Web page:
While this approach appeals to our intuition, we should consider what other situations would produce a curve like this—creation of additional, but less effective test cases; testers on vacation; "killer" defects that still exist in the software but that hide very well. This is one reason why Beizer suggests not depending on only one stopping criterion.
In manufacturing, we define "marginal cost" as the cost associated with one additional unit of production. If we're making 1,000 donuts, what is the additional cost of making one more? Not very much. In manufacturing, the marginal cost typically decreases as the number of units made increases. In software testing, however, just the opposite occurs. Finding the first few defects is relatively simple and inexpensive. Finding each additional defect becomes more and more time consuming and costly because these defects are very adept at hiding from our test cases. Thus the cost of finding the "next" defect increases. At some point the cost of finding that defect exceeds the loss our organization would incur if we shipped the product with that defect. Clearly, it is (past) time to stop testing.
Not every system should use this criterion. Systems that require high reliability such as weapons systems, medical devices, industrial controls, and other safety-critical systems may require additional testing because of their risk and subsequent loss should a failure occur.
Based on various factors including technical, financial, political, and just "gut feelings," the project team (managers, developers, testers, marketing, sales, quality assurance, etc.) decide that the benefits of delivering the software now outweigh the potential liabilities and reach consensus that the product should be released.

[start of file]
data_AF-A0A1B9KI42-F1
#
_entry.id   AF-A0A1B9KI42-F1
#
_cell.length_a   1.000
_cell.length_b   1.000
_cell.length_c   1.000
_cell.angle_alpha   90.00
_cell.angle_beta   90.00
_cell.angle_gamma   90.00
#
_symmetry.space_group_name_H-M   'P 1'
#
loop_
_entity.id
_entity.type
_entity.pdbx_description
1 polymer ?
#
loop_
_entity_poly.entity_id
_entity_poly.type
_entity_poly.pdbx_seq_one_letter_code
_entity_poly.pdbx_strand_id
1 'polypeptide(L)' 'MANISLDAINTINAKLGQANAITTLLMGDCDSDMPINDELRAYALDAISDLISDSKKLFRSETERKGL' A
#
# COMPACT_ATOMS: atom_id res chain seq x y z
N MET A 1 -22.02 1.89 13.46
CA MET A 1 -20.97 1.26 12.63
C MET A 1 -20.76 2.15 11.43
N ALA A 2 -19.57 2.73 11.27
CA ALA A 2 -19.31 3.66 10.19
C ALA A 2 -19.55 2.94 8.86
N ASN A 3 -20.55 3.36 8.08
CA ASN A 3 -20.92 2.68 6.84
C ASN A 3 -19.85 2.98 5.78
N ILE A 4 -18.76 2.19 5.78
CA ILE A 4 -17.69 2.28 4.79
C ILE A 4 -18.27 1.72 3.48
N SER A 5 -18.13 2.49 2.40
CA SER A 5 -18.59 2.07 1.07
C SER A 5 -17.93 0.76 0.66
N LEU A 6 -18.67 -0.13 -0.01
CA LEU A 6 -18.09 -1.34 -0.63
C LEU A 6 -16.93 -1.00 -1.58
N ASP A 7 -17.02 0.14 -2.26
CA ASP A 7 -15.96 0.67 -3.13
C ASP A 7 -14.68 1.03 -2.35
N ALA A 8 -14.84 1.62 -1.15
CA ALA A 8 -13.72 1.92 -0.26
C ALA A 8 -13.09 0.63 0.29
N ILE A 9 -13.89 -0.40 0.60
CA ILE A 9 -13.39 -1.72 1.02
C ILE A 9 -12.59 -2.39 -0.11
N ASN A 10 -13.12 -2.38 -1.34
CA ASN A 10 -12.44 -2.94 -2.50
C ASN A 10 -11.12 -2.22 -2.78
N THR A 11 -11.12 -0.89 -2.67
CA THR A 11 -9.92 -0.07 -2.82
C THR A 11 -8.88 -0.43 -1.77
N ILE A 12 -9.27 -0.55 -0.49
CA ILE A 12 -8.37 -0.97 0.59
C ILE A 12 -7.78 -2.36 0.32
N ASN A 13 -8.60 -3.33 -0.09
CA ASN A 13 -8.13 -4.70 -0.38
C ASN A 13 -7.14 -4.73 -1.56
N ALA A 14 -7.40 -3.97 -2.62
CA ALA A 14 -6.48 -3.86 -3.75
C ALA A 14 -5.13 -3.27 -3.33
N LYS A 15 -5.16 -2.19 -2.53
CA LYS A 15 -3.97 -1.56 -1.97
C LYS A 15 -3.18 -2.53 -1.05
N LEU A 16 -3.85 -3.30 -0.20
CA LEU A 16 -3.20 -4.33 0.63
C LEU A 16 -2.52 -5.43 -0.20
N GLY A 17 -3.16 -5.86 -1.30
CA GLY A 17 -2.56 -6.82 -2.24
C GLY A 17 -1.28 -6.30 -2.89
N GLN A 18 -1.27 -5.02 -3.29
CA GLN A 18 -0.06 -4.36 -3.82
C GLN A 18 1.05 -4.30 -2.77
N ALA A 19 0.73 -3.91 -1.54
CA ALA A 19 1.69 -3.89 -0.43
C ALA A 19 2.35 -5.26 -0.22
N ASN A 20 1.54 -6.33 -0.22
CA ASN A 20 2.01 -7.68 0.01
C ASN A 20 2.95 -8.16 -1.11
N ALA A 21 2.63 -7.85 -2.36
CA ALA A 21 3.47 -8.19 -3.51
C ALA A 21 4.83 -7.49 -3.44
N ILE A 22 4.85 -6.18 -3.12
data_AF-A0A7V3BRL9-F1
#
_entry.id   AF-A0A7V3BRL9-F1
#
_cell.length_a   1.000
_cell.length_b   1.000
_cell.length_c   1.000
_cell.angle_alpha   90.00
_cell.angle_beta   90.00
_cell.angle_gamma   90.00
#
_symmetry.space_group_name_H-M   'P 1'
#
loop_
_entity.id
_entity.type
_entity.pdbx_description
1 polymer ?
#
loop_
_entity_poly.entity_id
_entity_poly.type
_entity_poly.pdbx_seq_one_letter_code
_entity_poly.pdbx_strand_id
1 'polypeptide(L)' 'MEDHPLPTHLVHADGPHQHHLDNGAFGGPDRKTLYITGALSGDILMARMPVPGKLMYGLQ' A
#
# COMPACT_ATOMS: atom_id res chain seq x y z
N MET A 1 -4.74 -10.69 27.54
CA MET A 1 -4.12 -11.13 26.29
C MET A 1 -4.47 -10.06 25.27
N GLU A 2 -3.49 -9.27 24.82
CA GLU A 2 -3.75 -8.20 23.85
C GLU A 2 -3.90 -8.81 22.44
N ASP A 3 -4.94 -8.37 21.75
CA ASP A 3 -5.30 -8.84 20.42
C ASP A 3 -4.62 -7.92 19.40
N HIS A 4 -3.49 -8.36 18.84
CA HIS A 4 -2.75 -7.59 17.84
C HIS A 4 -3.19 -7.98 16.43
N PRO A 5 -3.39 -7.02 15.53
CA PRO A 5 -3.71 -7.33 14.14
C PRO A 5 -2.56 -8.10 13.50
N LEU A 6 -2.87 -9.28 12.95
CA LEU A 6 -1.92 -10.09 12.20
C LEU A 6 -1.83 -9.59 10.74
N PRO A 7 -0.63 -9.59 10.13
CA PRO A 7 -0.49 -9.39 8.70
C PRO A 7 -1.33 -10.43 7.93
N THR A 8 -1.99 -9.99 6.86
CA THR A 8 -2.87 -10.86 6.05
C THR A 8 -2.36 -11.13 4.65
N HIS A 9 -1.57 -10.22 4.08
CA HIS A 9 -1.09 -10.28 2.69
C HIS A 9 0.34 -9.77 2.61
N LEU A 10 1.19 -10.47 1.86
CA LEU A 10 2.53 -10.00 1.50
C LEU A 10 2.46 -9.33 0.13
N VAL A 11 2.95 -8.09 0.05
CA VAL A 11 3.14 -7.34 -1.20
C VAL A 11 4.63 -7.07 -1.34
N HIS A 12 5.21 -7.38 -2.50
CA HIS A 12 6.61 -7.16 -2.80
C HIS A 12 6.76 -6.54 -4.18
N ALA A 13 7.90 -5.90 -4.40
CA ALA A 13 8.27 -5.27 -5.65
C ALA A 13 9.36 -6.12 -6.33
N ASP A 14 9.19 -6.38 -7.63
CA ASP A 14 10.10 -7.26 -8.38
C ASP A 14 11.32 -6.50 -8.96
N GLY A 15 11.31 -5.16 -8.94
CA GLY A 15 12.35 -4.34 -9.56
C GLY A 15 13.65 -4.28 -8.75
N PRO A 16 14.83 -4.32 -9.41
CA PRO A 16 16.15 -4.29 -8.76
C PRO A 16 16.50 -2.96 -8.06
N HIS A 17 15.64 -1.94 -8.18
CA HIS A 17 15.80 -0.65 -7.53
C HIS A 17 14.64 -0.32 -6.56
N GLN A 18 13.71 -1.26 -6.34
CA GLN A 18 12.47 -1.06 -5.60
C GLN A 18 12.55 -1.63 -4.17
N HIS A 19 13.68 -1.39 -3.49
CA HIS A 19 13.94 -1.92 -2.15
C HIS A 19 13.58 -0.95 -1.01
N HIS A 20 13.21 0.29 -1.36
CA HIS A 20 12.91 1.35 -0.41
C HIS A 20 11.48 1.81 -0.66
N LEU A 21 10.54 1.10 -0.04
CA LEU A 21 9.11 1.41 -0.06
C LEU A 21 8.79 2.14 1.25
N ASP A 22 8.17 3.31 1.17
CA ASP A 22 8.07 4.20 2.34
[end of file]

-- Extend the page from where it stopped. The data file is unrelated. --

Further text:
For many of us, this will be the only strategy we will ever personally experience. It's often very disheartening for testers, especially after many arduous hours of testing, and with a sure knowledge that many defects are still hiding in the software, to be told "Ship it!" What testers must remember is that there may be very reasonable and logical reasons for shipping the product before we, as testers, think it is ready. In today's fast-paced market economy, often the "first to market" wins a substantial market share. Even if the product is less than perfect, it may still satisfy the needs of many users and bring significant profits to our organization; profits that might be lost if we delayed shipment.
Some of the criteria that should be considered in making this decision are the complexity of the product itself, the complexity of the technologies used to implement it and our skills and experience in using those technologies, the organization's culture and the importance of risk aversion in our organization, and the environment within which the system will operate including the financial and legal exposure we have if the system fails.
As a tester, you may be frustrated by the "Ship It" decision. Remember, our role as testers is to inform management of the risks of shipping the product. The role of your organization's marketing and sales groups should be to inform management of the benefits of shipping the product. With this information, both positive and negative, project managers can make informed, rational decisions.
Lesson 185 in Lessons Learned in Software Testing states:
Hetzel, Bill (1998). The Complete Guide to Software Testing (Second Edition). John Wiley & Sons.
Kaner, Cem,James Bach, and Bret Pettichord (2002). Lessons Learned in Software Testing: A Context-Driven Approach. John Wiley & Sons.
Myers, Glenford (1979). The Art of Software Testing. John Wiley & Sons.
Weinberg, Gerald M. (1975). An Introduction to General Systems Thinking. John Wiley & Sons.